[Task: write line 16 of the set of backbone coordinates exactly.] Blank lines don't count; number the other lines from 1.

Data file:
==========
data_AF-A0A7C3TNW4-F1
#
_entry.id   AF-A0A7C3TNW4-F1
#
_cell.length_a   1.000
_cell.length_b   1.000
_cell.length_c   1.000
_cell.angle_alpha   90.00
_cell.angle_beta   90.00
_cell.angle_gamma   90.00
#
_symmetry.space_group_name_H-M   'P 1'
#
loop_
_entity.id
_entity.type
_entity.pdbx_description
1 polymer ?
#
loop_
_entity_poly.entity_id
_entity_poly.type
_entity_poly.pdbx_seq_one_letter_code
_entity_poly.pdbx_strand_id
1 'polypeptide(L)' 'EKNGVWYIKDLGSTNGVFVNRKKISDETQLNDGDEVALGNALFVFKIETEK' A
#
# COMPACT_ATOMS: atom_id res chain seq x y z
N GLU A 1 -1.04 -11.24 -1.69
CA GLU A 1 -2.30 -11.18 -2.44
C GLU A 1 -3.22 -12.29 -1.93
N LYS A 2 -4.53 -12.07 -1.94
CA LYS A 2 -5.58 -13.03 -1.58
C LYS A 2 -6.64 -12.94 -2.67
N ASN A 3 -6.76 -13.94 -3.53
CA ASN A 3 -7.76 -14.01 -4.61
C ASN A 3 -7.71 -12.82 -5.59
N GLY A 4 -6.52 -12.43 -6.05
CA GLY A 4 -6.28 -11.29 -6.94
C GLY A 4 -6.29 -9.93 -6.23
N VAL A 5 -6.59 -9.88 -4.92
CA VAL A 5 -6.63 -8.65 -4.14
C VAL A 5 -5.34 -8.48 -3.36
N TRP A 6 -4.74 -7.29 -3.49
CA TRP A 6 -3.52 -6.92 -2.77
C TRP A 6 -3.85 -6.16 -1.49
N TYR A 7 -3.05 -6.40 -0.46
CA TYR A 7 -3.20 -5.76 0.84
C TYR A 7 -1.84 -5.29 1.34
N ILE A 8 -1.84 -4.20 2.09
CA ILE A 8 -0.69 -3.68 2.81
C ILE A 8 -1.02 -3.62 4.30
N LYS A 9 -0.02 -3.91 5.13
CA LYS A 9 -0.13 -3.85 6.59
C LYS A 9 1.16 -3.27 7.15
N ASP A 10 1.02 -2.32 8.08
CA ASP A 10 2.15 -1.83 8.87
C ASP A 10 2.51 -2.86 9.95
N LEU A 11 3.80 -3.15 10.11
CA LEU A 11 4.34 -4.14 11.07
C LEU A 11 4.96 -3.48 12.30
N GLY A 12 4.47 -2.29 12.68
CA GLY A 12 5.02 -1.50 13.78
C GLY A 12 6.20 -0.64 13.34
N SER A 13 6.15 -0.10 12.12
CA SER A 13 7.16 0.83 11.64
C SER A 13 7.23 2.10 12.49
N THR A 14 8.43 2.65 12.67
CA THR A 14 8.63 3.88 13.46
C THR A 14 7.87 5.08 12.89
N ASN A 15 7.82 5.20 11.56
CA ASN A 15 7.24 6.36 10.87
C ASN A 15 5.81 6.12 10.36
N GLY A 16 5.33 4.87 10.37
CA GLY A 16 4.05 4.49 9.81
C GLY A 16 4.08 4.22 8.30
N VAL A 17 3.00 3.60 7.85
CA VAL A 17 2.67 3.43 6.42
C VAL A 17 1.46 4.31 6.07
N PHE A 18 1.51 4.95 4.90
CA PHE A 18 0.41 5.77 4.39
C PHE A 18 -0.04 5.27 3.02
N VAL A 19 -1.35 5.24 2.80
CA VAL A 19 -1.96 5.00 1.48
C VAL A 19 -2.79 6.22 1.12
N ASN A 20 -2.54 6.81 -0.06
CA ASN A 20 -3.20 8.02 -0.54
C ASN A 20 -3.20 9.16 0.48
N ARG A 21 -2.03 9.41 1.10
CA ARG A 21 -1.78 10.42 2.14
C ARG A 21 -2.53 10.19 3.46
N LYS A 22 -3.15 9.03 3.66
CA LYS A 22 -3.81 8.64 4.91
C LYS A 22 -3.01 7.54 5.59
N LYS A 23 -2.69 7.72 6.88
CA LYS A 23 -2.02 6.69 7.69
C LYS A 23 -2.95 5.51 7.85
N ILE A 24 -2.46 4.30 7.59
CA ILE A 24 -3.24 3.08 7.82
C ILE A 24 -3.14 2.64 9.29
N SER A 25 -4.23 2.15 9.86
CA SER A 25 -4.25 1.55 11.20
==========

_entity.type